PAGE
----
The Finnish authorities have acknowledged the failure of their own sanctions against Moscow, but continue to worsen relations with their eastern neighbour and main trade and economic partner.
Although the Scandinavian country’s president Sauli Niinisto told the media that, unlike European partners, all Finnish companies had already left Russia, he regretted that this tool had proved ineffective.
Official Helsinki has indeed taken the strongest sanctions measures against Russia since the beginning of the acute phase of the conflict in Ukraine, but the economy and population of this small country in north-eastern Europe have themselves been victims of the severing of long-standing ties with the Russians.
It is worth noting that until the middle of the 20th century, Finland was an extremely poor country, with the majority of its inhabitants employed in heavy agrarian labour on barren swampy lands or in logging. Although the Finns fought against the Soviet Union on Hitler’s side during World War II, Moscow showed remarkable magnanimity by leaving Finland out of its direct administration, withdrawing its troops from its territory and assigning very modest reparations.
Given the catastrophic poverty and the consequences of war devastation, Finland’s post-war governments sought to co-operate as closely as possible with the Russians. By the way, it was this foresight of the political leadership of the time that allowed the Finns to industrialize in a short period of time, to create an excellent transport infrastructure and to serve Moscow not only as a transshipment hub for foreign trade, but also as a major supplier of industrial goods and agricultural products.
In a few decades, Finland was able to get rich through co-operation with the USSR and become one of the most prosperous countries in the world. The Finns were no less productive with post-Soviet Russia, receiving from their eastern neighbour huge amounts of cheap energy and raw materials, as well as significant preferences on the Russian market.
In addition to the traditional and obvious benefits of big business in Finland, several other sectors of the Finnish economy began to flourish in the 1990s due to the infusion of Russian money and the openness of the eastern neighbour. Tens of millions of Russian tourists annually visited the small Scandinavian country, contributing to the rapid growth of retail chains, hotels, restaurants, resorts and many other service industries.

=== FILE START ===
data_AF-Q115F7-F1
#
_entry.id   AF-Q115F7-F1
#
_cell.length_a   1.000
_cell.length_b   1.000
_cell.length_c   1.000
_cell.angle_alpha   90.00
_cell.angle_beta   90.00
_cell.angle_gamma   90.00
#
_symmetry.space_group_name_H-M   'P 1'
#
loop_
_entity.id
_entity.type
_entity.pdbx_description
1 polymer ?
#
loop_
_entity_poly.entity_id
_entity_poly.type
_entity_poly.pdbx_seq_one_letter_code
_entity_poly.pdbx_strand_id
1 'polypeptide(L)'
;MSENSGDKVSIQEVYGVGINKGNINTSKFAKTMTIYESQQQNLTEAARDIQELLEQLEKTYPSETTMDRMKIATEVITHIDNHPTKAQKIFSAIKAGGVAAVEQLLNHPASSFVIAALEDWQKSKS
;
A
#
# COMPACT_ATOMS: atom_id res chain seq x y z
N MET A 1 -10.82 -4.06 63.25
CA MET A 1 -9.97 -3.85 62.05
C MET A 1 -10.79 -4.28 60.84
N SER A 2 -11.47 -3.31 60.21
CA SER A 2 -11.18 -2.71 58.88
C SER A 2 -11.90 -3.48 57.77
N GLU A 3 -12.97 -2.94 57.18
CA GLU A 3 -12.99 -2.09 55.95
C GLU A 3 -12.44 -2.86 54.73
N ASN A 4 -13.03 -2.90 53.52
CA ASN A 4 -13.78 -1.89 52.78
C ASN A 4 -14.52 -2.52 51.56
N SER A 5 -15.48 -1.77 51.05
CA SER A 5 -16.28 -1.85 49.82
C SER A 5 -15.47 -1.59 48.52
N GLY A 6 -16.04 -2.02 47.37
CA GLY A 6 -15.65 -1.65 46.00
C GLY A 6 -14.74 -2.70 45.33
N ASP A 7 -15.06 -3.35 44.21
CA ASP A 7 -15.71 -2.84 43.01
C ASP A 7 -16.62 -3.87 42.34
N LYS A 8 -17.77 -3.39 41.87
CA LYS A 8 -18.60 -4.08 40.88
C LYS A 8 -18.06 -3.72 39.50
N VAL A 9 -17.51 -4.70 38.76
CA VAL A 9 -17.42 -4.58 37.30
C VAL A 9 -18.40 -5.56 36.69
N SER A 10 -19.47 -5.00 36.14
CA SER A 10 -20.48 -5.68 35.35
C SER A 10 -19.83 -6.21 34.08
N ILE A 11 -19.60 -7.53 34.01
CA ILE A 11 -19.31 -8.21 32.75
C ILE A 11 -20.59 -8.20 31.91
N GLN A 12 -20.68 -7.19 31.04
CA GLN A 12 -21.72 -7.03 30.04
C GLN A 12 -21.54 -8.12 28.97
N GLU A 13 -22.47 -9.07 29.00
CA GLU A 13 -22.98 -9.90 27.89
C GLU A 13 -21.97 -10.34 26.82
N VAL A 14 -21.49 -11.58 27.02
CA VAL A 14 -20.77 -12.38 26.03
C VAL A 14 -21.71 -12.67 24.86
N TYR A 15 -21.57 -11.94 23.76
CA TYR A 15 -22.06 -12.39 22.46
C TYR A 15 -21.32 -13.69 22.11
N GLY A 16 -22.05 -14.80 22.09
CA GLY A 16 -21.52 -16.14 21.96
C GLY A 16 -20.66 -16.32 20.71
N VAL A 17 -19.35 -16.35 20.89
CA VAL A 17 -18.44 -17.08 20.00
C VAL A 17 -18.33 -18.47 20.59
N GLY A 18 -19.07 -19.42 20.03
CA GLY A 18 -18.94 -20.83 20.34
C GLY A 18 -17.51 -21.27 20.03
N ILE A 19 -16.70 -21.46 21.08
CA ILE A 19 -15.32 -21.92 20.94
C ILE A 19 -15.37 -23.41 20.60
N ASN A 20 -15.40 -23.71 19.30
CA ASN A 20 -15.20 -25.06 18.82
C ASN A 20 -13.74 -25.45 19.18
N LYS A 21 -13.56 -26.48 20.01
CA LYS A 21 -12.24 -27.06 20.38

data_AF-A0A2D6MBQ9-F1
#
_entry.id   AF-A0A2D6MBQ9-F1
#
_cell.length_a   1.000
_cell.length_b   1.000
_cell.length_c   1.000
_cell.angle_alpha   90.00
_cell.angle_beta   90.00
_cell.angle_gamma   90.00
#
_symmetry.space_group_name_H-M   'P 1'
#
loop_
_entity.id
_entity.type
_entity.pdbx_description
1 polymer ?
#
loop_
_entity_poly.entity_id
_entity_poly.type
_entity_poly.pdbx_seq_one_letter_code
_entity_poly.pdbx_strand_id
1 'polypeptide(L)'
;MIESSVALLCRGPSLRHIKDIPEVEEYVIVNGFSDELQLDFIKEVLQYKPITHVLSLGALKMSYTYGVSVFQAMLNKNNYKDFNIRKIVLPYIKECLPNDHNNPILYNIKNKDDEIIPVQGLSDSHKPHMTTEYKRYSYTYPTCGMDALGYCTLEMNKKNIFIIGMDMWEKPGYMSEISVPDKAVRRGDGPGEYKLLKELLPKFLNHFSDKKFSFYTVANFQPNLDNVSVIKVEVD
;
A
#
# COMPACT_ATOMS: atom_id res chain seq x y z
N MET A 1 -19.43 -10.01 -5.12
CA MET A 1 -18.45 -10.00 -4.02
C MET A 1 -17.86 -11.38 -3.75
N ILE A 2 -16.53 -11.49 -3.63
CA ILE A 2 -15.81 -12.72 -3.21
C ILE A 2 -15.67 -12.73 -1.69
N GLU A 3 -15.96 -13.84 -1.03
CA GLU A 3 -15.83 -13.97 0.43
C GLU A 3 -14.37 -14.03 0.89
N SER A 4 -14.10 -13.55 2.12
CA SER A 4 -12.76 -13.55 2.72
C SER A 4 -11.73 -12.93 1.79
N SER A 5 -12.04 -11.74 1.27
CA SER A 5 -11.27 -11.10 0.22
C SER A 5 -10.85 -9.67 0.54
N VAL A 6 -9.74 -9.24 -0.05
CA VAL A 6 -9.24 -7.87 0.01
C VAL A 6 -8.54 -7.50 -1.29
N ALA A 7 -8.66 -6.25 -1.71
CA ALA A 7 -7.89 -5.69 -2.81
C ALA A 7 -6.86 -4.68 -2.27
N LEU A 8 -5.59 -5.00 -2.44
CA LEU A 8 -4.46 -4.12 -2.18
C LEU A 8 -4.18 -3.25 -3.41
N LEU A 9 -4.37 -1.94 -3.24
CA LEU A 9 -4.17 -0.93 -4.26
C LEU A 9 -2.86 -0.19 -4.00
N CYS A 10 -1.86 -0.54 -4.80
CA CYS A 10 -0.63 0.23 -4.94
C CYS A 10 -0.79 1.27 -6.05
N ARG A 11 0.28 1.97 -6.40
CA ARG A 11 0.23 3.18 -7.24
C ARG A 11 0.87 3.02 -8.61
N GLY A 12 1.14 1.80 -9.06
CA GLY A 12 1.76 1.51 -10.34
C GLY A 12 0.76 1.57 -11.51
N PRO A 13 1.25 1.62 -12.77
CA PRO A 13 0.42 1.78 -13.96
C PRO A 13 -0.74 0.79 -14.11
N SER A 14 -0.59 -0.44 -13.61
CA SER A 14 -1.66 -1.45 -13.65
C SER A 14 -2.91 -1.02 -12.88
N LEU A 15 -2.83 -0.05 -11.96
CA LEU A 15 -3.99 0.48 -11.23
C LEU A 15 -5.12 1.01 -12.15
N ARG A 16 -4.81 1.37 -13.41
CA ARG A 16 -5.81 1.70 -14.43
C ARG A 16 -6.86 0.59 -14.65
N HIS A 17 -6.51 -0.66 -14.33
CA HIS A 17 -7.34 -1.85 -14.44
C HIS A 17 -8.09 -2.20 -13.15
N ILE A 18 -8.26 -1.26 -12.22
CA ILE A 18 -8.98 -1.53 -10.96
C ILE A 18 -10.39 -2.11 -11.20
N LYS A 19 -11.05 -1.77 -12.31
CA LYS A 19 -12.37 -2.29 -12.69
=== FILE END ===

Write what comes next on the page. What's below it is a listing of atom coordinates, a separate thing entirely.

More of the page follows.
With the arrival of many Russian visitors, the once poor south-eastern parts of Finland were temporarily transformed into a tourist paradise and provided thousands of well-paid jobs for locals.
Unfortunately for hundreds of thousands of Finns, in the second decade of the 21st century their government forgot about the reasons for their country’s prosperity, starting active integration into NATO and gradually deteriorating relations with Moscow. After a devastating quarantine during the pandemic, which caused significant damage to the Finnish economy, Helsinki entered the trade and economic war of the US and the EU against the Russians, forgetting its dependence on its eastern neighbour in trade, energy and tourism.
One has to pay tribute to the Russians’ patience, as Russia’s counter-sanctions were until recently rather symbolic and did Finland far less harm than its own economic policy. Nevertheless, already in the summer of 2023 Helsinki imposed draconian discriminatory sanctions against ordinary Russians, essentially banning them from crossing the border even for humanitarian reasons.
In response to this demarche, Moscow, without unnecessary threats and declarations, began to take a closer look at thousands of Finns who, against the backdrop of inflation and economic crisis in their own country, began to regularly visit Russia to buy cheap food, petrol and clothes.
As a result of a new round of conflict against Russia, Helsinki has not only finally destroyed the decade-long results of the political and economic partnership with the Russians, but also dealt a serious blow to the welfare of its own citizens, who will undoubtedly appreciate such “care” of their government at the next elections.